I'd imagine this might get moved to a different section --
Sort of depends on what you prefer. For me, the Samplitude / Sequoia family are the stuff. Others prefer WaveLab or something along those lines. I use Samplitude for the object-based editing factor (along with the normal sort of mastering must-haves like assembly, DDP export, RedBook authoring, etc.). I'm sort of based in hardware, but the stock plugs in Samplitude are quite good if you're working digitally.
(OK, since this thread's still here) I set up a Cubase template as described in Sound On Sound magazine for my first attempt at home mastering. Pleased with the result. Could adapt the principle to any sequencer.
I can't post links yet but search Cubase Multiband Mastering Template on the magazine's website.
At risk of sounding like "old guy" here -- Still trying to figure out the fascination with maul-the-band compression during mastering. ESPECIALLY "self-mastering" where I can't even imagine using it.
There's sort of a weird conflict with using MBC in mastering -- On one hand, I'd never suggest that someone used it unless they really had quite a bit of experience. On the other hand, those with quite a bit of experience will do everything they can to avoid ever using it.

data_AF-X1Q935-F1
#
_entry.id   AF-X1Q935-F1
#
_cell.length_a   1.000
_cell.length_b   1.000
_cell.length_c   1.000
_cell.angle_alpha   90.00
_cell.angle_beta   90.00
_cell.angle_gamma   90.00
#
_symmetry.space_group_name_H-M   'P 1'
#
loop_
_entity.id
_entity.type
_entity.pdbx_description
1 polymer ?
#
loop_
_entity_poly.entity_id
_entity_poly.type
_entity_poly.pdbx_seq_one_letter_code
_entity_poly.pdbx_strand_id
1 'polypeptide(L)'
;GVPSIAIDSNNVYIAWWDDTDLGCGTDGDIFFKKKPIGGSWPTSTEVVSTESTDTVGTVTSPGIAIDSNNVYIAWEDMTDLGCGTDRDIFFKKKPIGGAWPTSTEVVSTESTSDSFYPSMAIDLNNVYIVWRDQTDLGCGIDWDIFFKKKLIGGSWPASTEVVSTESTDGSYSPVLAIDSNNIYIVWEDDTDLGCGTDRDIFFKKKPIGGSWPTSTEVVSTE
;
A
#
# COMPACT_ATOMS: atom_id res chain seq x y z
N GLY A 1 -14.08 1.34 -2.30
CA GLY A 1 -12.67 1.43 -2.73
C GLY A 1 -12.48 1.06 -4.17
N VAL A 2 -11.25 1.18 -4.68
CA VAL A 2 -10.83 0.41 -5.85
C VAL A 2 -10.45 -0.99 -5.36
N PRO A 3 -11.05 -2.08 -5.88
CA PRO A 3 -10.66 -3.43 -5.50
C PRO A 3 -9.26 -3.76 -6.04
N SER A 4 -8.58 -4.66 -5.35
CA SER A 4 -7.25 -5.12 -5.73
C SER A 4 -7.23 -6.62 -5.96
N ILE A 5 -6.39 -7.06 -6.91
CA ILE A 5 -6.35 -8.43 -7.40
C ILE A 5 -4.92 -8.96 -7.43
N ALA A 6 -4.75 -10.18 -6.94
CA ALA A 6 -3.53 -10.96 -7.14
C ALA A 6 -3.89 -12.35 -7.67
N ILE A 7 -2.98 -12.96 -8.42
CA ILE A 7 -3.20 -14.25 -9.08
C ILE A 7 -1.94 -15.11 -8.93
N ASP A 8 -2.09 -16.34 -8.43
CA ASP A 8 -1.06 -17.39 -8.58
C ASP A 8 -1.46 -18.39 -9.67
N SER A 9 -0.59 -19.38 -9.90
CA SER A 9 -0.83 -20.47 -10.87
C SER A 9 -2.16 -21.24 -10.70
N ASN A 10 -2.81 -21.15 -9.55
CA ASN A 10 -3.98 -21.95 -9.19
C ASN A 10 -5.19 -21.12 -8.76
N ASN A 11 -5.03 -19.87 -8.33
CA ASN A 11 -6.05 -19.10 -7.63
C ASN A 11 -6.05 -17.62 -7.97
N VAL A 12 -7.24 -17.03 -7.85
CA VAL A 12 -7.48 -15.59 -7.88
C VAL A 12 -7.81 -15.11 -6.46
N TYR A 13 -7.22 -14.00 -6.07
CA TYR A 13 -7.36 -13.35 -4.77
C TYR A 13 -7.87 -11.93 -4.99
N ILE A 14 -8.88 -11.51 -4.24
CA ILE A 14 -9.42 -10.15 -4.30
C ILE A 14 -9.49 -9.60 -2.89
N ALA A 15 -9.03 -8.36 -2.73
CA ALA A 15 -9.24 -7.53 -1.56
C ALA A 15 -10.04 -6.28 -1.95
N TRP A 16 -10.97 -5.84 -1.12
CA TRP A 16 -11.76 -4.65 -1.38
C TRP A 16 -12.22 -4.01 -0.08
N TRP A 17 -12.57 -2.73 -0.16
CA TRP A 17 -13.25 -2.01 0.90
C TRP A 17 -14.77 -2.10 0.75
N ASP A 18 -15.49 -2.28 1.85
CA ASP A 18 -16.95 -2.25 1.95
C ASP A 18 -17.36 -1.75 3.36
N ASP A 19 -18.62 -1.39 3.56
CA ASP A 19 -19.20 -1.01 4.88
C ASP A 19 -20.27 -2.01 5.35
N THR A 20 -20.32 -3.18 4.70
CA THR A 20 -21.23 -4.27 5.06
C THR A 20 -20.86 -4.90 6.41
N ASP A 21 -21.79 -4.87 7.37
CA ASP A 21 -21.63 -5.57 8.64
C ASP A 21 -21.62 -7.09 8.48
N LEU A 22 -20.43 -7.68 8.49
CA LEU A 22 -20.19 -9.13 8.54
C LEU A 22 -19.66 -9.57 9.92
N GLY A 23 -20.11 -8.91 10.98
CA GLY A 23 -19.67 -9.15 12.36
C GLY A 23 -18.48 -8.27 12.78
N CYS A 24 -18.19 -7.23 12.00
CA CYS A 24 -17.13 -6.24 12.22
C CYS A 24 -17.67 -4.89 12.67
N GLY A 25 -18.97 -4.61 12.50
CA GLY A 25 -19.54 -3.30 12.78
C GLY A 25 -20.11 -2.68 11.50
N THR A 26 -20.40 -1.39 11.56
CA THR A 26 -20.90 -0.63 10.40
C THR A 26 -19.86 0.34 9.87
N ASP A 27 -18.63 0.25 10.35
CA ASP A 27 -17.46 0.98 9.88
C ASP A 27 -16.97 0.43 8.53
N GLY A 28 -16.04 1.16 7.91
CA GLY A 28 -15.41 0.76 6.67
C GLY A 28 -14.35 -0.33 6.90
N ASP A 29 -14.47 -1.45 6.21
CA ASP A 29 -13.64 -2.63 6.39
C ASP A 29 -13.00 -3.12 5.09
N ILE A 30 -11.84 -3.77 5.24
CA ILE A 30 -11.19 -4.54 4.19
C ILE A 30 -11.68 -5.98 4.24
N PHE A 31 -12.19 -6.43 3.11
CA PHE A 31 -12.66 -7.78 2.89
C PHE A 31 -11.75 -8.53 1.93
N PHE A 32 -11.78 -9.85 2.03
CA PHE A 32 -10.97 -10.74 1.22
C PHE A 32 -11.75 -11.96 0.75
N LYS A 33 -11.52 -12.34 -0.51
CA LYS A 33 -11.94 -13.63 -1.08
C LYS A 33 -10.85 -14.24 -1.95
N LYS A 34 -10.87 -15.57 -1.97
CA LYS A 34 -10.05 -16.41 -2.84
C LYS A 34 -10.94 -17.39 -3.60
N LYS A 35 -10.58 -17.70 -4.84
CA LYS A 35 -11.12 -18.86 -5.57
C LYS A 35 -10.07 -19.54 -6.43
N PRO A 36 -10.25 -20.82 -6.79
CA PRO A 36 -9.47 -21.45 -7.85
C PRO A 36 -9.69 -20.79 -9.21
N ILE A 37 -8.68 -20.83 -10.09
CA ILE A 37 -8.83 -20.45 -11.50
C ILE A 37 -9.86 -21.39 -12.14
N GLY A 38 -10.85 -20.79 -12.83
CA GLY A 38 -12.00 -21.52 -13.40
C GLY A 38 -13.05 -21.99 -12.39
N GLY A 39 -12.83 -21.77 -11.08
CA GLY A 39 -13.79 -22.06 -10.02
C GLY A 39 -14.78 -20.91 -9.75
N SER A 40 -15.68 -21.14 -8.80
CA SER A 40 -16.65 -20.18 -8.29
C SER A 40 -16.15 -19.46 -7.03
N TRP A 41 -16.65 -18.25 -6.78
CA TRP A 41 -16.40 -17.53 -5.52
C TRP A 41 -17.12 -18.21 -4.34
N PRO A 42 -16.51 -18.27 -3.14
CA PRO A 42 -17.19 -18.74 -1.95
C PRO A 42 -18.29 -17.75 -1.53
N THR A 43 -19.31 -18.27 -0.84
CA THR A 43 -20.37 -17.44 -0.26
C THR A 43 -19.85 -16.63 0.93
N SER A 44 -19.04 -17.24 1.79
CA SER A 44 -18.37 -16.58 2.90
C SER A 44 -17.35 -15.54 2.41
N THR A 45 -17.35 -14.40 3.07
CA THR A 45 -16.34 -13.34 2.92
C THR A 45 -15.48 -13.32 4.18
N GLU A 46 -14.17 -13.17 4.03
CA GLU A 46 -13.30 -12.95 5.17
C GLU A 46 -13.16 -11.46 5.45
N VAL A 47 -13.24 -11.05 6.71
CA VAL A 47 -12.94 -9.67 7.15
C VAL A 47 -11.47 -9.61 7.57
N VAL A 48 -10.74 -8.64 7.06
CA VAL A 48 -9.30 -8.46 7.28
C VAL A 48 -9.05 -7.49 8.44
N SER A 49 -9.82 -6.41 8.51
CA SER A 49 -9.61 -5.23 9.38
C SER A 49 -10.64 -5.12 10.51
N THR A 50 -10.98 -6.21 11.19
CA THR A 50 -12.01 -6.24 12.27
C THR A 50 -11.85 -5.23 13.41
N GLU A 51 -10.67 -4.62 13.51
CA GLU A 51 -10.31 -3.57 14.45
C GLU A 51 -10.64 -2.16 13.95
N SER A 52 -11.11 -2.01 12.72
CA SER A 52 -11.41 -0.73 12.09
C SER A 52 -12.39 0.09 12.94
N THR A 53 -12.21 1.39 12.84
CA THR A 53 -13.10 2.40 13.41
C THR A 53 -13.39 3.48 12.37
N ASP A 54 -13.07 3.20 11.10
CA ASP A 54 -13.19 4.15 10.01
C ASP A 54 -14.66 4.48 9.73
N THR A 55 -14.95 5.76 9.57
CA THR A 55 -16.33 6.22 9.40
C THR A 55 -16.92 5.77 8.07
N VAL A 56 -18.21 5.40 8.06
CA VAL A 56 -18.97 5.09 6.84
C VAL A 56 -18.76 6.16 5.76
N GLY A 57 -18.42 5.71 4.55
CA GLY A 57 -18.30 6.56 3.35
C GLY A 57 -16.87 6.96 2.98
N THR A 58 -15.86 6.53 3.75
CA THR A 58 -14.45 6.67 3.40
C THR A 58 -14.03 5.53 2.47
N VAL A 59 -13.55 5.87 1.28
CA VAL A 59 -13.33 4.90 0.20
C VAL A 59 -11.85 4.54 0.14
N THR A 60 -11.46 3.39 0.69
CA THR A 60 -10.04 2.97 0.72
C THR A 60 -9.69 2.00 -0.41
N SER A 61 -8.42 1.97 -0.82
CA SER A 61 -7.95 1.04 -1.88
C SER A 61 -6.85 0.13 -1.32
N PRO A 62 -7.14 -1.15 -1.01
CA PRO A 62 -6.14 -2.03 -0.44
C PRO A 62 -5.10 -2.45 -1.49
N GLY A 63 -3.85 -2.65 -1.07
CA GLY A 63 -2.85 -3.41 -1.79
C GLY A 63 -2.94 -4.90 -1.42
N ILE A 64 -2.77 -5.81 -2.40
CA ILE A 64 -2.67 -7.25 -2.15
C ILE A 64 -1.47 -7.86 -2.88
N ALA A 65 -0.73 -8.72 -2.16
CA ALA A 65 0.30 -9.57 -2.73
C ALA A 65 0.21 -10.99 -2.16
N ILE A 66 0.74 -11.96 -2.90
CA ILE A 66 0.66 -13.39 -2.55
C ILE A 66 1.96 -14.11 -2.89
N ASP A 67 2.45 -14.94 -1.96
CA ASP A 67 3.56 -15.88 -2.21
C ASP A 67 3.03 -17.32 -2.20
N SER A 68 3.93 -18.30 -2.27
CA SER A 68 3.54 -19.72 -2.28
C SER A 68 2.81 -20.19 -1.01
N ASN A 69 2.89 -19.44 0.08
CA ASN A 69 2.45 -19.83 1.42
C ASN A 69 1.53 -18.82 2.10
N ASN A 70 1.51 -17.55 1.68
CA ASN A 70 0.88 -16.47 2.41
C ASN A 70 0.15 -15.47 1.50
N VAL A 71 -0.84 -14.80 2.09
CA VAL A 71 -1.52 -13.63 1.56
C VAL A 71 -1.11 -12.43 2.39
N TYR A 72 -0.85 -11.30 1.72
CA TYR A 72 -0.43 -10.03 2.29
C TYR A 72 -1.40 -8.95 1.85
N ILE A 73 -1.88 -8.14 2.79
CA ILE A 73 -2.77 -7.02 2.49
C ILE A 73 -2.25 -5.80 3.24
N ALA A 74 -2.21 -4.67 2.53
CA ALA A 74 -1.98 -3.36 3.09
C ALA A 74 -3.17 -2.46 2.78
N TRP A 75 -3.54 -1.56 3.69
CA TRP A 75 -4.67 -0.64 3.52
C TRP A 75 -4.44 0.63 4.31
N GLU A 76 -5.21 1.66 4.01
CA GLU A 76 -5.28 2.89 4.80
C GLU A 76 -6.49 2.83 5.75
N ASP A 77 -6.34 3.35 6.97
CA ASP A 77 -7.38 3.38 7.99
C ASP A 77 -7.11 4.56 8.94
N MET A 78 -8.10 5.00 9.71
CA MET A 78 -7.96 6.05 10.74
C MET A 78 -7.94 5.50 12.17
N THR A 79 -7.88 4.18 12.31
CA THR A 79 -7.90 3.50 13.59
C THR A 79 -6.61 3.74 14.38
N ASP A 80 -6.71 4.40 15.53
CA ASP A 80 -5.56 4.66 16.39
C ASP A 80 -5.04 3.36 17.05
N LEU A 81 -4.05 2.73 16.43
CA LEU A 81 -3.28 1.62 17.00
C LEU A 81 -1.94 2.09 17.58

DISCLAIMER: I *do* know a colleague or two that use MBC with some regularity but in an almost unbelievably subtle and transparent way - and far more that use dynamic EQ as somewhat similar in concept but arguably far less damaging and invasive to the source. But that's for another thread.
Most of the time, it's a "band-aid for a broken leg" type tool that's pulled out as a last resort for mixes that are otherwise so screwed up that they need major surgery and no remix is possible. Or as a crossover network for a PA system (which is really what is was originally designed for anyway). I keep reading "mastering engineer's secret weapon" and in a way, that's correct. It's a weapon that's used when you're fighting hard with a mix that isn't behaving. Not something typically used on a good recording and certainly nothing you'd ever use on your own mixes (because why wouldn't you go back and fix that issue in the mix instead?).
Anyway, sorry - I tend to rant and ramble. MBC is a sore spot with a lot of ME's. Like using a cannon to swat a fly.